I’m going to make an unusual suggestion: Watch episode 2 of Aziz Ansari and Alan Yang’s “Master of None” first. That’s right, watch the second episode first. It’s titled Parents…
I’m going to make an unusual suggestion: Watch episode 2 of Aziz Ansari and Alan Yang’s “Master of None” first. That’s right, watch the second episode first. It’s titled Parents and I think it gives a better first impression than the season opener. After you watch the second episode, immediately go back to the first episode so you can be sure to get any potential arcs.
Don’t get me wrong, I like what I’ve seen so far and I started with the first episode. But I think the strength really comes in when you see Aziz Ansari’s actual parents play his character’s parents. It’s a rare show that almost made me cry while almost making me laugh. I say almost because I’m a tough critic and I’m excited to see Aziz stretch into a character beyond Tom Haverford.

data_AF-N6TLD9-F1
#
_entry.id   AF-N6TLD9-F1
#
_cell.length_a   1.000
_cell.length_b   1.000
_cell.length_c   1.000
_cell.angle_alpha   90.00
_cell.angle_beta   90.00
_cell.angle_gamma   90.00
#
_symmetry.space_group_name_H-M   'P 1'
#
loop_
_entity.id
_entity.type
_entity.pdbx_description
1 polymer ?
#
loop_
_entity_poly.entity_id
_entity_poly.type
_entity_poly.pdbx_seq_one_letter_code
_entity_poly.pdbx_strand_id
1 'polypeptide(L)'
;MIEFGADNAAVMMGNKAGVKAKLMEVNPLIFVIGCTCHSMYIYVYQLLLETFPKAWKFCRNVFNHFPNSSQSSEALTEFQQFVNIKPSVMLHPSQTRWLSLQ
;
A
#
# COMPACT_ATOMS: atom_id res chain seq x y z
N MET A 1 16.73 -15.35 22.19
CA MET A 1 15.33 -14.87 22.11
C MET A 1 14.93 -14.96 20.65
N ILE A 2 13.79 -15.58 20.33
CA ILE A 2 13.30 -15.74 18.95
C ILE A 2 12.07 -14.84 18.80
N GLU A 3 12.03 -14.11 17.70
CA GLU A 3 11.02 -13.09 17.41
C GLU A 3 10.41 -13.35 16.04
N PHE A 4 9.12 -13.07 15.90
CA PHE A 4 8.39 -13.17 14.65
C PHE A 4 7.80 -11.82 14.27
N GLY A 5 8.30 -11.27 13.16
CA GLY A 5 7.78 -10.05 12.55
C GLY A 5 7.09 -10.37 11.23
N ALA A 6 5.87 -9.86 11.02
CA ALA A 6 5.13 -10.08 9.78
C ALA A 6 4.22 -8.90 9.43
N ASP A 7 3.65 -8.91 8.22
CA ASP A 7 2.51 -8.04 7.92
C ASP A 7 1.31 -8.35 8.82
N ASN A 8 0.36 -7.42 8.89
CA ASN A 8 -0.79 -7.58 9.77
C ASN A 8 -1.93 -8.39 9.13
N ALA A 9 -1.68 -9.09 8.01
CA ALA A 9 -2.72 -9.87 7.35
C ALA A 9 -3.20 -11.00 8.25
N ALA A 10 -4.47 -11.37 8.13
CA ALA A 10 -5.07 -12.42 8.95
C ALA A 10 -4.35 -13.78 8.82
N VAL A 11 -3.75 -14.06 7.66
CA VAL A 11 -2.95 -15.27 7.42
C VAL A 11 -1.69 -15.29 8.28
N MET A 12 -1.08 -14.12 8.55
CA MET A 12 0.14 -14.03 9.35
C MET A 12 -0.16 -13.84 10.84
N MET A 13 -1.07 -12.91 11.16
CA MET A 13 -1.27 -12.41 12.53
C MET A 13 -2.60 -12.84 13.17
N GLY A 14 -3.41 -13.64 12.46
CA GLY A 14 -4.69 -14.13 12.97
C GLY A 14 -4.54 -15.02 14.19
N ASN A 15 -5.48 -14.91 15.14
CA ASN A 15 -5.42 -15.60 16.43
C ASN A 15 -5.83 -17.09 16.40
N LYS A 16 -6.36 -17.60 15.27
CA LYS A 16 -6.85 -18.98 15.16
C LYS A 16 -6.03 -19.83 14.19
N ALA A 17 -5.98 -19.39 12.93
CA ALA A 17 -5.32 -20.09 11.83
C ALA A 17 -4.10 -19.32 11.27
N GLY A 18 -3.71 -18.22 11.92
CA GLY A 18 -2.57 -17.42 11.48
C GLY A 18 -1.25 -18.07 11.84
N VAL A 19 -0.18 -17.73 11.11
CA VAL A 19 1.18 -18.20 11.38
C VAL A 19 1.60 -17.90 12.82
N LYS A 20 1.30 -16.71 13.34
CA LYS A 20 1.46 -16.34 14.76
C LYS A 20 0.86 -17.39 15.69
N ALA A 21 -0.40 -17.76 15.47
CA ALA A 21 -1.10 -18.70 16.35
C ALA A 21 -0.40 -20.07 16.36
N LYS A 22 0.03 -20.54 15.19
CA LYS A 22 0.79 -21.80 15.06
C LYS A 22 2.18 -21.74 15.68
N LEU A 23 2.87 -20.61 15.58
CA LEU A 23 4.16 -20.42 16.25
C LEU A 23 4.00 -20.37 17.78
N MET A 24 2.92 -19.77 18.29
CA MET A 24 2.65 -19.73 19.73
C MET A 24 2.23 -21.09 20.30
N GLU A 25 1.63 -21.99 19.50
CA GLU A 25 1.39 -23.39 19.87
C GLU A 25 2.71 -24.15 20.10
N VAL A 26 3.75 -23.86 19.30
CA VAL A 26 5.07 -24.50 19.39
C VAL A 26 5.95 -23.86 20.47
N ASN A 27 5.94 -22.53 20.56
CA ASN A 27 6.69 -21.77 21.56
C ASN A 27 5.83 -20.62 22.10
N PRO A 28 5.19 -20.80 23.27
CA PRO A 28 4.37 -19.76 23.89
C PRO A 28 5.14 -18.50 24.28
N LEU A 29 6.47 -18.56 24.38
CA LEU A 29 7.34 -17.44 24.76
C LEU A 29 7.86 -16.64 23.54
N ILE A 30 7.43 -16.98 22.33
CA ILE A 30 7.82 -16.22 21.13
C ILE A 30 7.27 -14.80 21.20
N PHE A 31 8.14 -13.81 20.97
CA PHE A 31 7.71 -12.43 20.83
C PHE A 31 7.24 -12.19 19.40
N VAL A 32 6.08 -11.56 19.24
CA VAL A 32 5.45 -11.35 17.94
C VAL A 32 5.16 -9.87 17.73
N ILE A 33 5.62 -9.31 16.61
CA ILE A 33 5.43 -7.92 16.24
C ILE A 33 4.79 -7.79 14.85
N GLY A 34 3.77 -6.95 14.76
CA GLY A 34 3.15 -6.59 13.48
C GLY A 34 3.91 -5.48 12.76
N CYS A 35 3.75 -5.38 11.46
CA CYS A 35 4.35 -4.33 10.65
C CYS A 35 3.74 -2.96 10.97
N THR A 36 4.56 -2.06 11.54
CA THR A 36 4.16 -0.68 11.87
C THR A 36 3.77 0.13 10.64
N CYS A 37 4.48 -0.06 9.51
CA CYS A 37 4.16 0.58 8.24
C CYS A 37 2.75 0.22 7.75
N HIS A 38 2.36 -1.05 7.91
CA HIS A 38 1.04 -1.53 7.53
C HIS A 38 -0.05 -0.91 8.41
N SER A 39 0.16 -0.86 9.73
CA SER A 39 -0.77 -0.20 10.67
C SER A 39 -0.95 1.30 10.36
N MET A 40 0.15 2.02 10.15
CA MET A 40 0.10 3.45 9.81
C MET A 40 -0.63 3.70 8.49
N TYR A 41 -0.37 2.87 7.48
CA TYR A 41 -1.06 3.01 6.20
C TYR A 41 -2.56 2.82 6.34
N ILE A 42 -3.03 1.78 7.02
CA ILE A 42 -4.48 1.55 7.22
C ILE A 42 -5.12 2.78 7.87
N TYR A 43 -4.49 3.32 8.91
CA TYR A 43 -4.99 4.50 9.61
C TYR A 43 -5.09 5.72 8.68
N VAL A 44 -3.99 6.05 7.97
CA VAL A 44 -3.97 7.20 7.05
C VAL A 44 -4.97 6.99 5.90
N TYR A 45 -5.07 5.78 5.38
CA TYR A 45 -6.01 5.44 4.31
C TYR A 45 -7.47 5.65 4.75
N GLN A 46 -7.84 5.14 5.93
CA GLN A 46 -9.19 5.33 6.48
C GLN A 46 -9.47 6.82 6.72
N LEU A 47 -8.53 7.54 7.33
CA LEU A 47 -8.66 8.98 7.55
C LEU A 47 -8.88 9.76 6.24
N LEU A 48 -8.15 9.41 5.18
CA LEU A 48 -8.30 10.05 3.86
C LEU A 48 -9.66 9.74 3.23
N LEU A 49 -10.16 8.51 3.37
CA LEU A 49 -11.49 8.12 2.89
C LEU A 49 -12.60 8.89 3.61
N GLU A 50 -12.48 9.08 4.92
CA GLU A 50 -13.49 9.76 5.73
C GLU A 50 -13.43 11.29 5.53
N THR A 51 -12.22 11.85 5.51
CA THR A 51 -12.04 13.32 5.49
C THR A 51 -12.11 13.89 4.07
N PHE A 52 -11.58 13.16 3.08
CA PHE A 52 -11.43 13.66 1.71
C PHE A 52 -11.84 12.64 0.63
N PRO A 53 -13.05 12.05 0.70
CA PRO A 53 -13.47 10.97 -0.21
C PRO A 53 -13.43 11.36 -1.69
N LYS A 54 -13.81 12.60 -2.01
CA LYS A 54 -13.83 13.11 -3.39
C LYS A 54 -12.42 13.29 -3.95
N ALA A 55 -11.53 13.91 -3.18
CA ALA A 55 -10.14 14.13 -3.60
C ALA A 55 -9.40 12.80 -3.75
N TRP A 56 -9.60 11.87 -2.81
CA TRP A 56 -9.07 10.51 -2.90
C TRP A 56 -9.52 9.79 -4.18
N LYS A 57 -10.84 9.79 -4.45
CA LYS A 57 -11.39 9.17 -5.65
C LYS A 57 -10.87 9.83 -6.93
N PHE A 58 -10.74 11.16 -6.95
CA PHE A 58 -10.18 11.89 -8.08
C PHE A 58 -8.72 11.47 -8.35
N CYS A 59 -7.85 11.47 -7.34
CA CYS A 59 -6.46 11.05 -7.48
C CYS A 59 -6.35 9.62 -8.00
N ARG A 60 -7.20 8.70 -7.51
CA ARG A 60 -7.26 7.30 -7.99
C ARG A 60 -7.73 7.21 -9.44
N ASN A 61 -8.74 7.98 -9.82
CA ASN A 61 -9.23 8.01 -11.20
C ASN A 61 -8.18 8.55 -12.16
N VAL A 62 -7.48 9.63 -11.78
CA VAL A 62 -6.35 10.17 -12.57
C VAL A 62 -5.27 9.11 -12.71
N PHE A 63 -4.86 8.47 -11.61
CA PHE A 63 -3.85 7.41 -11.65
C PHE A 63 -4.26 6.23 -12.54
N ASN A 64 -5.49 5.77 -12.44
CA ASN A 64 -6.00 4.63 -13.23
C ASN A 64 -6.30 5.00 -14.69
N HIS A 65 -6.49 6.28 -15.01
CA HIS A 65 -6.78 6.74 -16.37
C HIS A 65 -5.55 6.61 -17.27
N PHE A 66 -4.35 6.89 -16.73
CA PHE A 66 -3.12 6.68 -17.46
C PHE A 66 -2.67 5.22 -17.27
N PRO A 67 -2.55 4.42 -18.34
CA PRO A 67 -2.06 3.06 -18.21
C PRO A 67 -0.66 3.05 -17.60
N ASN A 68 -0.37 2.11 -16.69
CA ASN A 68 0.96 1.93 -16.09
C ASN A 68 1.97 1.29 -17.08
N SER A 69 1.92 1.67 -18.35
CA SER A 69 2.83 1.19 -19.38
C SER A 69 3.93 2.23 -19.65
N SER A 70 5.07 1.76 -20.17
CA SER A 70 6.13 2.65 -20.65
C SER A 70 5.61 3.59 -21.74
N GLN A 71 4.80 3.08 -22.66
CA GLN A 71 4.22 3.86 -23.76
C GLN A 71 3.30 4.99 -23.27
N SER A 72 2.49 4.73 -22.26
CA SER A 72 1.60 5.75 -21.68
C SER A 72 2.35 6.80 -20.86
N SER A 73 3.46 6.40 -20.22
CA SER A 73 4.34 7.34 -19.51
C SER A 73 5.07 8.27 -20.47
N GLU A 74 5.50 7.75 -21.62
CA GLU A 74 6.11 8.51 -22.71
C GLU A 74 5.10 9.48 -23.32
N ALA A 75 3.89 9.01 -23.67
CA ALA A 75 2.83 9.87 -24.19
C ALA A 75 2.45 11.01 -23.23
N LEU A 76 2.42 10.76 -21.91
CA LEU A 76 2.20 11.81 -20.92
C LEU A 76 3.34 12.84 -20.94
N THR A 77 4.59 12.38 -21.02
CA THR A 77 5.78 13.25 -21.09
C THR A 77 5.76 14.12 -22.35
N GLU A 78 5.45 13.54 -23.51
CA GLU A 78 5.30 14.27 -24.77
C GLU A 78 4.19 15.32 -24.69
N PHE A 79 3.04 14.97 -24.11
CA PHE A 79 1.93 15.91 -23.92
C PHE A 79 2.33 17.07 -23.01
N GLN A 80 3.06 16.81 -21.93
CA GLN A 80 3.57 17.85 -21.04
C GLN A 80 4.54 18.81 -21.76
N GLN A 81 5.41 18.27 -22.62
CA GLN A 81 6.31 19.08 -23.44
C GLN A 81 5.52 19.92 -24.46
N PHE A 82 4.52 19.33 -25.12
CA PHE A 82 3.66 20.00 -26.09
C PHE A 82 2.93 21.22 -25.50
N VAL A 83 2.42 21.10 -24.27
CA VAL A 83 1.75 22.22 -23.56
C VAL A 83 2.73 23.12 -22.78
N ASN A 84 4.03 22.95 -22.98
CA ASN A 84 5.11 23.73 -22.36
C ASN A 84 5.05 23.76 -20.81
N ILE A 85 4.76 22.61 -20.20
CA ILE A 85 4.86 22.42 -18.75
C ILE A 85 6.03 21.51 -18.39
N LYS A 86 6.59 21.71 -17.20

Next, this proves that I love the casting work by Allison Jones because the chemistry is good from the very beginning. Aziz also has the opportunity to act out some of the themes from his book “Modern Romance” about the role that technology plays in relationships of all kinds.
When a comedy can manage to address social issues, it stretches beyond laughs. This show manages to pull in topics like racism without feeling like a lesson or an attack. That’s genius writing and the credit goes all to Aziz Ansari and Alan Yang according to the credits.
Sure, if your idea of comedy is laugh track and “shut the front door!” language, you might have to bleep a few words here and there, but it’s not excessive and the themes are important enough to ignore any of that. And if you’re in it for a little bit of that Tom Haverford feel, you’ll get it here and there.